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Tag: Martin Luther King Jr.


On this day, the stories of 2 historic figures converge

Martin Luther King Jr.
Martin Luther King Jr.

This editorial will appear in Monday’s print edition.

Today in Washington, D.C., Barack Obama will be sworn in as president of the United States for the second time. Also today, we honor the nation’s most influential advocate of civil rights, the Rev. Martin Luther King Jr.

Barack Obama
Barack Obama

The convergence of these two events is noteworthy. The first likely would not be taking place if it were not for the work of the other man. And so, we think it appropriate that we let the president’s own words pay tribute to King. They were spoken in October 2011 at the dedication of the King Memorial on the National Mall.
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Celebrating Martin Luther King Jr. – in his own words

This will appear in Monday’s print edition.

It’s tempting to wonder what Martin Luther King Jr. would have to say about how far black Americans have come in the 44 years since his death.

A black first family lives in the White House. A black Republican was, for a while, a top contender to run against the incumbent black president. The richest woman in entertainment (Oprah Winfrey) is a black American who grew up poor. Blacks play prominent roles in virtually every facet of American life.

King likely would still have a lot to say today. Here are some of his better-known quotes on this Martin Luther King Jr. Day. He would have turned 83 on Sunday. Read more »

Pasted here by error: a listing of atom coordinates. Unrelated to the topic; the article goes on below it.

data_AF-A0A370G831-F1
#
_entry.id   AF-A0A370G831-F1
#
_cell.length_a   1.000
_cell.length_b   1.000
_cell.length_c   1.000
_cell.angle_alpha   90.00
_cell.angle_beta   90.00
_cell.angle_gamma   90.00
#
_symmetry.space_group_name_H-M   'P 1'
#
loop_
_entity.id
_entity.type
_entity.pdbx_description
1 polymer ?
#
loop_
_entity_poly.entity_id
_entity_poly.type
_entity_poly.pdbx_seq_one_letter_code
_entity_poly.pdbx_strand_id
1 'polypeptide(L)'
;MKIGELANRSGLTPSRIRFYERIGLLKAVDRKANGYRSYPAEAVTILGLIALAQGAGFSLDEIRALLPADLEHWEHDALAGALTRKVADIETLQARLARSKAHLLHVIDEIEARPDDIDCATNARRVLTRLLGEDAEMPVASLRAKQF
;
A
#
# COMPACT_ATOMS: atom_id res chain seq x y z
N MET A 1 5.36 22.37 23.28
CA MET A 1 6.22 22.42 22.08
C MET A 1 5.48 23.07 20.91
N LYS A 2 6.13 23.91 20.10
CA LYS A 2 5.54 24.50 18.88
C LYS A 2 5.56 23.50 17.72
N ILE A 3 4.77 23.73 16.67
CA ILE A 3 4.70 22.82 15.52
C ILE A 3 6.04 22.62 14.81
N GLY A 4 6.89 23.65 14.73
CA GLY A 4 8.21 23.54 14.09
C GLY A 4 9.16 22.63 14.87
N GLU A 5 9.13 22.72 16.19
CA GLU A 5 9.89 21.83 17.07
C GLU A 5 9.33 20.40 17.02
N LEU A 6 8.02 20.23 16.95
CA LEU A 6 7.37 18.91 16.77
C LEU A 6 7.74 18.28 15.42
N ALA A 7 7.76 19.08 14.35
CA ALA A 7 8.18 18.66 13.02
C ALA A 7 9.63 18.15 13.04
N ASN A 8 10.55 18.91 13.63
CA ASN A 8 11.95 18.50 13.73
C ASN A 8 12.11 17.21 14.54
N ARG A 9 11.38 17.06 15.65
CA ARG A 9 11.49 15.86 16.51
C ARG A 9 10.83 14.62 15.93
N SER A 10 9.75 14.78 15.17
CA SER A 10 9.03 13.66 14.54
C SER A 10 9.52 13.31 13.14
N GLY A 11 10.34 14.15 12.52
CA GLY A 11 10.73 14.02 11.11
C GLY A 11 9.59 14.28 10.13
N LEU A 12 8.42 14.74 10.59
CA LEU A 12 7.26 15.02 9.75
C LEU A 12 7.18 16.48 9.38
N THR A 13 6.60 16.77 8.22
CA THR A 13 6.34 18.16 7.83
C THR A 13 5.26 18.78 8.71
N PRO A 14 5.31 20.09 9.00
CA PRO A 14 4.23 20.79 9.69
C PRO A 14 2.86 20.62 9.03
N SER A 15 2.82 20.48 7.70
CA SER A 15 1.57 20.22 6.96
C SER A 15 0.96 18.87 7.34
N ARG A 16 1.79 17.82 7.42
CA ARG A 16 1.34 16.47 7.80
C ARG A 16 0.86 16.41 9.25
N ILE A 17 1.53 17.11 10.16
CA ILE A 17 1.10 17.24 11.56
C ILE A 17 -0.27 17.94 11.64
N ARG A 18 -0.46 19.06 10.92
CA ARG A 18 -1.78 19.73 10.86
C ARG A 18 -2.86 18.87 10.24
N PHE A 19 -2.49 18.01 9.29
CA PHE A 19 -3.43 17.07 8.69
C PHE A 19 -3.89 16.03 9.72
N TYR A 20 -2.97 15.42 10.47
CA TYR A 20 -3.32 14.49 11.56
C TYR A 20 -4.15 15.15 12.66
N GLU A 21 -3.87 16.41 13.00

Celebrating King – and black progress

The Rev. Martin Luther King Jr.

This editorial will appear in Monday’s print edition.

In a 1964 interview, the Rev. Martin Luther King Jr. predicted that the United States would have a black president within four decades. He was only off by about four years; Barack Obama was elected 44 years later.

If he had lived, King would have turned 81 this past Friday. He almost certainly would be sitting in the gallery, perhaps next to the first lady, when Obama gives his first official State of the Union address within the next few weeks. His presence would be appropriate, for it was King, perhaps more than any other person, who paved the path that led Obama to the most powerful position in the world.

What would King say is the most important aspect of Obama’s presidency? Perhaps he would point to what has been called the “Obama effect” – the psychological lift many black people experience in seeing a black man as president. Read more »